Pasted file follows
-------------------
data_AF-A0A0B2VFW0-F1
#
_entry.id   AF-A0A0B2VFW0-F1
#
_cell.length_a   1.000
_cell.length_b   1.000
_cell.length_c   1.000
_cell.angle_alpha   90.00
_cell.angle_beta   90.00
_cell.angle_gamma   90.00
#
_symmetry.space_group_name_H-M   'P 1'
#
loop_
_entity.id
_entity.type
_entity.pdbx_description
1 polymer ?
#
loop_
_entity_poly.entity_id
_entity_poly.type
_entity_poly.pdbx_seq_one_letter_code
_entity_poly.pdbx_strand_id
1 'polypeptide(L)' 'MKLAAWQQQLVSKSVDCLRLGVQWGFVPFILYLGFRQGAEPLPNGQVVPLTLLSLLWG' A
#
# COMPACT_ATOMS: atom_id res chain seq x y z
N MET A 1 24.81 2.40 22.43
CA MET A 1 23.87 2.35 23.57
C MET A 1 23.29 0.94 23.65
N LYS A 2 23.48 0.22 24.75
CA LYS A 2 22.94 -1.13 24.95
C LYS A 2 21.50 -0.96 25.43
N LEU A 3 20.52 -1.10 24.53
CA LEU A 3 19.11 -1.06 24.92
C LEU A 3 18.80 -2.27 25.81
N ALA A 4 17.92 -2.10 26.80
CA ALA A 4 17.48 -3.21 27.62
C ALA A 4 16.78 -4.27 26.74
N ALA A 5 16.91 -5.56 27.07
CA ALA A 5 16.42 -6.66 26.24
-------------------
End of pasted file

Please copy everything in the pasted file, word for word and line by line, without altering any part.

data_AF-A0A0B2VFW0-F1
#
_entry.id   AF-A0A0B2VFW0-F1
#
_cell.length_a   1.000
_cell.length_b   1.000
_cell.length_c   1.000
_cell.angle_alpha   90.00
_cell.angle_beta   90.00
_cell.angle_gamma   90.00
#
_symmetry.space_group_name_H-M   'P 1'
#
loop_
_entity.id
_entity.type
_entity.pdbx_description
1 polymer ?
#
loop_
_entity_poly.entity_id
_entity_poly.type
_entity_poly.pdbx_seq_one_letter_code
_entity_poly.pdbx_strand_id
1 'polypeptide(L)' 'MKLAAWQQQLVSKSVDCLRLGVQWGFVPFILYLGFRQGAEPLPNGQVVPLTLLSLLWG' A
#
# COMPACT_ATOMS: atom_id res chain seq x y z
N MET A 1 24.81 2.40 22.43
CA MET A 1 23.87 2.35 23.57
C MET A 1 23.29 0.94 23.65
N LYS A 2 23.48 0.22 24.75
CA LYS A 2 22.94 -1.13 24.95
C LYS A 2 21.50 -0.96 25.43
N LEU A 3 20.52 -1.10 24.53
CA LEU A 3 19.11 -1.06 24.92
C LEU A 3 18.80 -2.27 25.81
N ALA A 4 17.92 -2.10 26.80
CA ALA A 4 17.48 -3.21 27.62
C ALA A 4 16.78 -4.27 26.74
N ALA A 5 16.91 -5.56 27.07
CA ALA A 5 16.42 -6.66 26.24